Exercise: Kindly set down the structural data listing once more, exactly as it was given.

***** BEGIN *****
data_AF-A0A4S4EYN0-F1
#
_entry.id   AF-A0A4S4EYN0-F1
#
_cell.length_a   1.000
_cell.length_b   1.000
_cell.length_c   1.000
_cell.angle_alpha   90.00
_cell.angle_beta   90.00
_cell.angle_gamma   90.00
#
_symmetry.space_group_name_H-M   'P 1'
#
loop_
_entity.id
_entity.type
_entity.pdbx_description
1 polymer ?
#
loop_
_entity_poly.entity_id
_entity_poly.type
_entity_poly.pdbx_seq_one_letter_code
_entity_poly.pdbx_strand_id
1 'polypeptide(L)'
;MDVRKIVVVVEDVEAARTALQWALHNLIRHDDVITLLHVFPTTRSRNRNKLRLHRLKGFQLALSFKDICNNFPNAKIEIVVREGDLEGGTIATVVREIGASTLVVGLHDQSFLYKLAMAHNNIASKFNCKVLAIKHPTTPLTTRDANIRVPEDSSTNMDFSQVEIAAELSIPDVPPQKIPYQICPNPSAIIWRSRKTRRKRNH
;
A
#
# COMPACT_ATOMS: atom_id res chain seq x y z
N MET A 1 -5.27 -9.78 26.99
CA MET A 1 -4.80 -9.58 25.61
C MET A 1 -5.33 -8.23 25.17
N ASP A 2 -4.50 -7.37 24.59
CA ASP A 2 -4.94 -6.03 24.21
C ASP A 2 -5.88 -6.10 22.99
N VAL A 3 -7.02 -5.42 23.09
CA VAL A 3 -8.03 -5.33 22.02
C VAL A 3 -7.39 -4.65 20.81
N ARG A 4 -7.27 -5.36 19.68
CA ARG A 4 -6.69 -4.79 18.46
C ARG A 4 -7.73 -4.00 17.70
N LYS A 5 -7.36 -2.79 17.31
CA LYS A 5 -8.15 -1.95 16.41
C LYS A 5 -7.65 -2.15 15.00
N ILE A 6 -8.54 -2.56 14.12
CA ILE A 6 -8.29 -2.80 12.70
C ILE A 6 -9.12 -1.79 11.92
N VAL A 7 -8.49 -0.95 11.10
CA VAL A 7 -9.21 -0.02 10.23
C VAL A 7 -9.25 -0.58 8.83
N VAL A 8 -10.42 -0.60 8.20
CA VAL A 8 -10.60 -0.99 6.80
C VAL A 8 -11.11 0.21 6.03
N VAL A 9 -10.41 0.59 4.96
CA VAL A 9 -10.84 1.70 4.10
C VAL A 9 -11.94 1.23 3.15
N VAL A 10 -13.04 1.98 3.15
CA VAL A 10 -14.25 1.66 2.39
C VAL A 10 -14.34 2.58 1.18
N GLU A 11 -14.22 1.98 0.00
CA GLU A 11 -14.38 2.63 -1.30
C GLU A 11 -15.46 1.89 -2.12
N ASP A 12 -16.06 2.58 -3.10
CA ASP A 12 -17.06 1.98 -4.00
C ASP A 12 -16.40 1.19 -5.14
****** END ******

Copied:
data_AF-A0A4S4EYN0-F1
#
_entry.id   AF-A0A4S4EYN0-F1
#
_cell.length_a   1.000
_cell.length_b   1.000
_cell.length_c   1.000
_cell.angle_alpha   90.00
_cell.angle_beta   90.00
_cell.angle_gamma   90.00
#
_symmetry.space_group_name_H-M   'P 1'
#
loop_
_entity.id
_entity.type
_entity.pdbx_description
1 polymer ?
#
loop_
_entity_poly.entity_id
_entity_poly.type
_entity_poly.pdbx_seq_one_letter_code
_entity_poly.pdbx_strand_id
1 'polypeptide(L)'
;MDVRKIVVVVEDVEAARTALQWALHNLIRHDDVITLLHVFPTTRSRNRNKLRLHRLKGFQLALSFKDICNNFPNAKIEIVVREGDLEGGTIATVVREIGASTLVVGLHDQSFLYKLAMAHNNIASKFNCKVLAIKHPTTPLTTRDANIRVPEDSSTNMDFSQVEIAAELSIPDVPPQKIPYQICPNPSAIIWRSRKTRRKRNH
;
A
#
# COMPACT_ATOMS: atom_id res chain seq x y z
N MET A 1 -5.27 -9.78 26.99
CA MET A 1 -4.80 -9.58 25.61
C MET A 1 -5.33 -8.23 25.17
N ASP A 2 -4.50 -7.37 24.59
CA ASP A 2 -4.94 -6.03 24.21
C ASP A 2 -5.88 -6.10 22.99
N VAL A 3 -7.02 -5.42 23.09
CA VAL A 3 -8.03 -5.33 22.02
C VAL A 3 -7.39 -4.65 20.81
N ARG A 4 -7.27 -5.36 19.68
CA ARG A 4 -6.69 -4.79 18.46
C ARG A 4 -7.73 -4.00 17.70
N LYS A 5 -7.36 -2.79 17.31
CA LYS A 5 -8.15 -1.95 16.41
C LYS A 5 -7.65 -2.15 15.00
N ILE A 6 -8.54 -2.56 14.12
CA ILE A 6 -8.29 -2.80 12.70
C ILE A 6 -9.12 -1.79 11.92
N VAL A 7 -8.49 -0.95 11.10
CA VAL A 7 -9.21 -0.02 10.23
C VAL A 7 -9.25 -0.58 8.83
N VAL A 8 -10.42 -0.60 8.20
CA VAL A 8 -10.60 -0.99 6.80
C VAL A 8 -11.11 0.21 6.03
N VAL A 9 -10.41 0.59 4.96
CA VAL A 9 -10.84 1.70 4.10
C VAL A 9 -11.94 1.23 3.15
N VAL A 10 -13.04 1.98 3.15
CA VAL A 10 -14.25 1.66 2.39
C VAL A 10 -14.34 2.58 1.18
N GLU A 11 -14.22 1.98 0.00
CA GLU A 11 -14.38 2.63 -1.30
C GLU A 11 -15.46 1.89 -2.12
N ASP A 12 -16.06 2.58 -3.10
CA ASP A 12 -17.06 1.98 -4.00
C ASP A 12 -16.40 1.19 -5.14